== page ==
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I thought that the definition of species is "can interbreed"

From Wikipedia:

The wildcat (Felis silvestris) is a small cat found throughout most of Africa, Europe, and southwest and central Asia into India, China, and Mongolia. Because of its wide range, it is classed by the IUCN as Least Concern. However, crossbreeding with housecats is extensive and has occurred throughout almost the entirety of the species' range.[2]

So why does it have a different name than the house cat?

From Species at Wikipedia:

A species is often defined as a group of organisms capable of interbreeding and producing fertile offspring. While in many cases this definition is adequate, the difficulty of defining species is known as the species problem.

While I understand that sometimes problems arise, what makes biologist mark the wild cat as a distinct species from the house cat? If they are genetically different, how different?

Donkeys can breed with horses. The result is sterile. Tigers can breed with lions with lots of complication. Wildcat seems to interbreed with housecat without problem whatsoever. Or does it? That's actually the essence of the question.

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There are many definitions of species - look at the wikipedia page for an overview (this is a large and tricky subject). Some hybridization is not uncommon between "proper" species (often in narrow contact zones), also with fully or partially fertile hybrids. Definitions of species in these cases often comes down to genetic similarity/dissimilarity of populations. Even though hybridization is taking place it usually does so at very low rates, so the gene pools stay relatively distinct. The biological species concept (which is what you are referring to) is also problematic when it comes to e.g. ring species.

As for wild cats and domestic cats, my feeling is that modern evidence (e.g. molecular studies and phylogenies) places domesticated cats firmly as a subspecies of wild cats (Driscoll et al. 2007, 2009), with the domesticated cat as Felis silvestris catus. In the study by Driscoll et al. (2009), domesticated cats fall in the same mtDNA clade as F. silvestris lybica. However, domesticated cats were traditionally described as a separate species (by Linnaeus), and this has stuck and some still label them as separate species (as does Mammal Species of the World). I can imagine that some who argue for species status now might use a mixture of ecological, phenetic, and biological species definitions.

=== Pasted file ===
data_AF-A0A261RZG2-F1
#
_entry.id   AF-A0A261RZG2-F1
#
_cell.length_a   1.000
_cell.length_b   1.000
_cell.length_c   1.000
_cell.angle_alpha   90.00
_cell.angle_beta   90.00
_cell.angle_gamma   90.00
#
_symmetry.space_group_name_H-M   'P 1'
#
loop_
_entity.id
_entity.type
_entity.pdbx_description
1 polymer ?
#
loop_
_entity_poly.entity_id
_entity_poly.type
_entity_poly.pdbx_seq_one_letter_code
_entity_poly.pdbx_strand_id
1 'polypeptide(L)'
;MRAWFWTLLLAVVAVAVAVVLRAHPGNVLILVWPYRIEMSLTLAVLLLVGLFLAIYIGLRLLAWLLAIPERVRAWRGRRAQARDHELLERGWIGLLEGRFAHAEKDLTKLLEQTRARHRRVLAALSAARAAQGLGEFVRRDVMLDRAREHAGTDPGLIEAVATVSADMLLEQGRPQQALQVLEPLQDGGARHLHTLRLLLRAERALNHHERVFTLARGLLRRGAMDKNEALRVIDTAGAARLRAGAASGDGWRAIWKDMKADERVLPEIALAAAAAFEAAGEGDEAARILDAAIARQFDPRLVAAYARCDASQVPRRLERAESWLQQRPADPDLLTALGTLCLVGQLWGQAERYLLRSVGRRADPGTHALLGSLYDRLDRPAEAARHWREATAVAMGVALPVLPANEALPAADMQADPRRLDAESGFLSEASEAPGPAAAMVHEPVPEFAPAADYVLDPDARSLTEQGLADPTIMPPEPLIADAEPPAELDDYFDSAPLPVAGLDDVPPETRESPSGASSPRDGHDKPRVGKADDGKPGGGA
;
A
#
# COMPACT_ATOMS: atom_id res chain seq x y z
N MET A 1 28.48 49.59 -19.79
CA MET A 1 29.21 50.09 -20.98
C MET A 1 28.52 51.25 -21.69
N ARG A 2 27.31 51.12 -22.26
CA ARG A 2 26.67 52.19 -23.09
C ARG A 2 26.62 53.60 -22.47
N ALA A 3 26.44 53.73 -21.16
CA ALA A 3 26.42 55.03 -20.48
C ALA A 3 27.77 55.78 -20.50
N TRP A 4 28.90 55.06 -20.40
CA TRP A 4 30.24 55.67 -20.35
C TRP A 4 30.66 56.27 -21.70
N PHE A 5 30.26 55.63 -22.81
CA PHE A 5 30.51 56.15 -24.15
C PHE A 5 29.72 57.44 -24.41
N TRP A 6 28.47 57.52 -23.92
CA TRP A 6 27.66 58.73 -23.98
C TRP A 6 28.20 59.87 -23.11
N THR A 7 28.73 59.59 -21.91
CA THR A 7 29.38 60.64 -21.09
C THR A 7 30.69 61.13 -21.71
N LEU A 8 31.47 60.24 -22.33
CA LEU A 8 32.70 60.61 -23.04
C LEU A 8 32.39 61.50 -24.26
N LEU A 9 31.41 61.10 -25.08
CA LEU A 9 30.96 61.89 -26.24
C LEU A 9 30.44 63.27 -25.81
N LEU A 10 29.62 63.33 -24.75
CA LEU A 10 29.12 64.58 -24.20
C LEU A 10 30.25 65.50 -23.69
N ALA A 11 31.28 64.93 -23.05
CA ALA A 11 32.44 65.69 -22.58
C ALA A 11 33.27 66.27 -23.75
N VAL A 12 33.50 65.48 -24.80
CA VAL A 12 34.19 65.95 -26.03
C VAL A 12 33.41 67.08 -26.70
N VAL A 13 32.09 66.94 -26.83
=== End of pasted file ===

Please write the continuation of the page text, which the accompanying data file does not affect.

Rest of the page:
From Driscoll et al. (2009):

In contrast, the world's domestic cats carried genotypes that differentiated them from all local wildcats except those from the Near East. Domestic cats show no reduction in genetic diversity compared with the wild subspecies (37), thus giving no indication for a founding genetic bottleneck. Multiple genetic analyses produced concordant results, in each case tracing the maternal origins of cat domestication to at least 5 wildcat lines (A through E, Fig. 2B) originating in the Near East. The domestic cat is referred to as a sixth subspecies, F. silvestris catus, although it is clear that domestic cats derive very recently from F. silvestris lybica (37).

... the vast majority of sampled domestic cats fall into the same mtDNA clade, which also includes F. silvestris lybica...

There is also evidence that hybridization can help adaptation by facilitating gene transfer (even though hybrid fertility/viability might be low), so you might want to check out e.g. results from the Heliconius Genome Consortium (2012).

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Am I (an Asian) within the same species of whites and blacks? I can interbreed with white or black females though I haven't really tried that. What makes the wild cat a different species? –  Jim Thio Nov 7 '13 at 9:59
    
@JimThio That is not a very useful analogy (for many reasons). For one, genetic differences between human populations are much smaller that within population variability, while wild and domesticated cats have relatively separate gene pools and hybridization is rare. However, hybridization can become a problem in small threatened wild cat populations (e.g. when they have a problem to find mates), which will dilute their gene pool. –  fileunderwater Nov 7 '13 at 10:41
    
@JimThio See the paper by Driscoll et al (2009) for molecular evidence for placing domesticated cats as a subspecies. –  fileunderwater Nov 7 '13 at 12:02
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@JimThio you are attaching way too much importance to the ability to interbreed. Donkeys can breed with horses, as can zebras, tigers can breed with lions, and various other feline combinations are also possible. The ability to interbreed is not suffiecient to describe a species. In fact, defining what makes a species is still the subject of many PhD theses. –  terdon Nov 7 '13 at 13:37
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The "species" concept is an attempt to fit a simple human conceptual category onto a reality that is not that simple. The reality is a continuum of reproductive compatibility between an individual and any other organism rather than a binary compatible/incompatible relationship which would actually be a basis for defining "species". –  mgkrebbs Nov 7 '13 at 19:58
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